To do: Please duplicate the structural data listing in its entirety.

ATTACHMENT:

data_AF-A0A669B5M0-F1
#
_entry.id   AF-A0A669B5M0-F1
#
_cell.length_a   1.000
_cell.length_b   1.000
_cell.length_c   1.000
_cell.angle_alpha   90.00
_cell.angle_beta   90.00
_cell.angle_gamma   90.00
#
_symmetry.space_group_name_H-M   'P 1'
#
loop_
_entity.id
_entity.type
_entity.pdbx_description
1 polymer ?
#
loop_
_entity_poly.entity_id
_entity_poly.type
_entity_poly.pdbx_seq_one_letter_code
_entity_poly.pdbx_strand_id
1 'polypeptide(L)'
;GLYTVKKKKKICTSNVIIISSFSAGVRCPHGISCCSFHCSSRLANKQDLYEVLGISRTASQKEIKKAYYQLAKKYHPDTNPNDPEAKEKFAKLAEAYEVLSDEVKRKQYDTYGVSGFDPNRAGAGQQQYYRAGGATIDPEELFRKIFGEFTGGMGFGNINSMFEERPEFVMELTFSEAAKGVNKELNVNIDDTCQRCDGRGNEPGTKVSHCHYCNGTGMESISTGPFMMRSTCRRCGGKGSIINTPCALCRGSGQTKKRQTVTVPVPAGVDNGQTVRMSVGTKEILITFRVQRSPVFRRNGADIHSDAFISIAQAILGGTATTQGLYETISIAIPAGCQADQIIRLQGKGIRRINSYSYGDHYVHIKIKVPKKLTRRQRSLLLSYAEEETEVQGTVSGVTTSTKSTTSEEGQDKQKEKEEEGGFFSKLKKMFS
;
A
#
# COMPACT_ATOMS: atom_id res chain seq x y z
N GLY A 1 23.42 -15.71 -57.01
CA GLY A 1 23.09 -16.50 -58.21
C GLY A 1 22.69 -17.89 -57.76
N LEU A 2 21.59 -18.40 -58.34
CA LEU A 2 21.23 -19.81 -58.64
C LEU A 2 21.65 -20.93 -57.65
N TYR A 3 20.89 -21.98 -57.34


data_AF-A0A669B5M0-F1
#
_entry.id   AF-A0A669B5M0-F1
#
_cell.length_a   1.000
_cell.length_b   1.000
_cell.length_c   1.000
_cell.angle_alpha   90.00
_cell.angle_beta   90.00
_cell.angle_gamma   90.00
#
_symmetry.space_group_name_H-M   'P 1'
#
loop_
_entity.id
_entity.type
_entity.pdbx_description
1 polymer ?
#
loop_
_entity_poly.entity_id
_entity_poly.type
_entity_poly.pdbx_seq_one_letter_code
_entity_poly.pdbx_strand_id
1 'polypeptide(L)'
;GLYTVKKKKKICTSNVIIISSFSAGVRCPHGISCCSFHCSSRLANKQDLYEVLGISRTASQKEIKKAYYQLAKKYHPDTNPNDPEAKEKFAKLAEAYEVLSDEVKRKQYDTYGVSGFDPNRAGAGQQQYYRAGGATIDPEELFRKIFGEFTGGMGFGNINSMFEERPEFVMELTFSEAAKGVNKELNVNIDDTCQRCDGRGNEPGTKVSHCHYCNGTGMESISTGPFMMRSTCRRCGGKGSIINTPCALCRGSGQTKKRQTVTVPVPAGVDNGQTVRMSVGTKEILITFRVQRSPVFRRNGADIHSDAFISIAQAILGGTATTQGLYETISIAIPAGCQADQIIRLQGKGIRRINSYSYGDHYVHIKIKVPKKLTRRQRSLLLSYAEEETEVQGTVSGVTTSTKSTTSEEGQDKQKEKEEEGGFFSKLKKMFS
;
A
#
# COMPACT_ATOMS: atom_id res chain seq x y z
N GLY A 1 23.42 -15.71 -57.01
CA GLY A 1 23.09 -16.50 -58.21
C GLY A 1 22.69 -17.89 -57.76
N LEU A 2 21.59 -18.40 -58.34
CA LEU A 2 21.23 -19.81 -58.64
C LEU A 2 21.65 -20.93 -57.65
N TYR A 3 20.89 -21.98 -57.34